Evilnum hackers use the same malware supplier as FIN6, Cobalt

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Hackers in the Evilnum group have developed a toolset that combines custom malware, legitimate utilities, and tools bought from a malware-as-a-service (MaaS) provider that caters for big fintech threat actors.

The group has been active since at least 2018 and focuses on companies from the financial technology sector that offer trading and investment platforms.

Taking a shortcut

Its targets are both companies and their customers, the objective being to steal financial information. An investigation into Evilnum’s activity from cybersecurity company ESET reveals that they’re looking for the following type of data:

  • spreadsheets and documents with investment and trading operations
  • internal presentations
  • licenses and credentials for trading software
  • cookies and session info from Google Chrome
  • email logins
  • customer credit card data and proof of identity

Attacks begin with spearphishing emails containing .LNK shortcut files pretending to be an image or a document (double extension). When the victim user opens it, a malicious JavaScript component executes and opens a decoy file with the same name as the shortcut; then it deletes the .LNK file.

The role of the JavaScript component (also referred to as Evilnum) is also to deploy other malware like the Evilnum spying module, malware from the Golden Chickens MaaS, and multiple Python-based tools.

Another component written in C#, which is the malware that gave the Evilnum name of the group because version 1.3 from May 2018 calculated the C2 address by dividing to 666 a numerical value from a public web page, has similr functionality with the first-stage JavaScript. The developers call it Marvel and in April they were using version 4.0.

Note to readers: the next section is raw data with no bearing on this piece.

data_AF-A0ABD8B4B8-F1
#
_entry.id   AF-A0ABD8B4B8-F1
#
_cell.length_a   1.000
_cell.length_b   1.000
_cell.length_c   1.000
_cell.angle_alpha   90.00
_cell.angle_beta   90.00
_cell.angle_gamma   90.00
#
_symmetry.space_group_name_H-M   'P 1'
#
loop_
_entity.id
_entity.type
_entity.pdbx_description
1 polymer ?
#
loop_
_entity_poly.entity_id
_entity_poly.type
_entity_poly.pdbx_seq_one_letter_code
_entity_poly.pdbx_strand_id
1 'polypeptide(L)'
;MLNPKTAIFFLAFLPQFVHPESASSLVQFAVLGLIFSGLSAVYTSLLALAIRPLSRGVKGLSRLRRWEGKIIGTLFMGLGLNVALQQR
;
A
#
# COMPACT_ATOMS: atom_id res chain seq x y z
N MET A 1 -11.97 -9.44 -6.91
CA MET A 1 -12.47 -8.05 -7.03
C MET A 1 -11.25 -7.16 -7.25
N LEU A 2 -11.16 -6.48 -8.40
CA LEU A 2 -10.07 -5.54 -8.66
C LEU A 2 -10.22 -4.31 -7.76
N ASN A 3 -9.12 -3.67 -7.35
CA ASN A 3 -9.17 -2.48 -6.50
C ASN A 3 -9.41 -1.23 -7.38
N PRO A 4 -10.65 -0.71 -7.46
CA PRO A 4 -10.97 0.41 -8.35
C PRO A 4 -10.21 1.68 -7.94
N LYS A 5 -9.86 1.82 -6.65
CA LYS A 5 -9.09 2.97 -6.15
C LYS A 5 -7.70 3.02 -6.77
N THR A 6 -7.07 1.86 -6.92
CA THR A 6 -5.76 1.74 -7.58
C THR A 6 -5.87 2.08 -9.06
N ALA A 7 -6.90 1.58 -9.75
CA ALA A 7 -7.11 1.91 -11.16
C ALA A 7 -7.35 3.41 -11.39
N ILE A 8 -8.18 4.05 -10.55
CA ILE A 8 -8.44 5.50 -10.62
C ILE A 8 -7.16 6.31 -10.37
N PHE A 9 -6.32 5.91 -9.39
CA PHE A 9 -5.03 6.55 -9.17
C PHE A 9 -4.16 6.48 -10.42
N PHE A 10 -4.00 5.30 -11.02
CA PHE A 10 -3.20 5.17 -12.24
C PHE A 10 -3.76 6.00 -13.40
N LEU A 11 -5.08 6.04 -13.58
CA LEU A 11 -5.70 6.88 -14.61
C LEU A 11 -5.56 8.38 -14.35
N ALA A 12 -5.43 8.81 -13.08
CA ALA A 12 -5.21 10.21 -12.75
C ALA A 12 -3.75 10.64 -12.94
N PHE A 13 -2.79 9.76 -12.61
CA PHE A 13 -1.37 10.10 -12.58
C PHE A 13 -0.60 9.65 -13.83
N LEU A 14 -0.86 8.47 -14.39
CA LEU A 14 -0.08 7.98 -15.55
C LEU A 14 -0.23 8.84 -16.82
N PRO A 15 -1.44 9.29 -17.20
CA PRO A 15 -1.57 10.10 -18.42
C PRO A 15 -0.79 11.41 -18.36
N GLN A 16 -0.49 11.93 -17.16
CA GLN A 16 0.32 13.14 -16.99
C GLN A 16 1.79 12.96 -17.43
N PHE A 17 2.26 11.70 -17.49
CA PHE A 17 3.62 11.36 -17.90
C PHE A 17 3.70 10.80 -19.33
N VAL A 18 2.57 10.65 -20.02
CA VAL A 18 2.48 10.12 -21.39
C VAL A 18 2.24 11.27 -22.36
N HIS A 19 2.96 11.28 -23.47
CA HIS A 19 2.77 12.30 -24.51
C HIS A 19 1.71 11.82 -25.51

Mix of custom, MaaS, and public tools

Evilnum sets up a solid operation where several malicious components run independently and connect to different command and control (C2) servers to receive commands and post-compromise tools from the hackers.

In a technical report published today, ESET notes that most C2 servers do not have a domain name and are identified only by their IP address. Servers for the Golden Chicken components make an exception.

Another interesting thing is that the C2 addresses are pulled from GitHub, GitLab, and Reddit pages that have been created specifically for this task.

Tools and infrastructure from Golden Chickens MaaS are used by infamous threat groups focusing on the fintech sector, such as FIN6 and Cobalt, and TrickBot, causing an overlap in tactics, techniques and procedures (TTPs).

Last year, cyber intelligence startup QuoIntelligence discovered that Golden Chickens provided seven new tools for reconnaissance, information stealing, ransomware attacks, MBR wiping, and malware loading:

  • TerraRecon – reconnaissance tool that looks for specific hardware and software used by companies operating in retail and payment services sectors
  • TerraStealer  information stealer, also known as SONE or StealerOne VenomLNK; a malware variant likely generated by a newer version of the VenomKit building kit
  • TerraWiper – Master Boot Record (MBR) wiper
  • TerraCrypt A ransomware, also known as PureLocker, that can lock files on Windows, Linux, and macOS
  • TerraTV. A custom DLL designed to hijack legit TeamViewer applications
  • lite_more_eggs. A lite version of more_eggs used as a loader

According to ESET, Evilnum makes extensive use of tools from Golden Chickens, with the TerraLoader dropper. Among the payloads delivered this way is more_eggs, TerraStealer, TerraTV, and TerraPreter (decrypts a Meterpreter instance and runs it in memory).

In the post-compromise arsenal are Python-based tools for reverse shell, SSL proxy, the LaZagne password recovery utility, and IronPython. The toolset is rounded by PowerShell scripts to bypass security controls, and NirSoft utilities  for extracting passwords from email clients and Microsoft Office and Windows licenses.

ESET assesses that the small number of specific targets combined with the use of legitimate tools have kept Evilnum activities largely undetected. Frequently updating the malicious components also contributes to the stealth of the operations.

A list with indicators of compromise (IoCs) is available in ESET’s GitHub repository.

 

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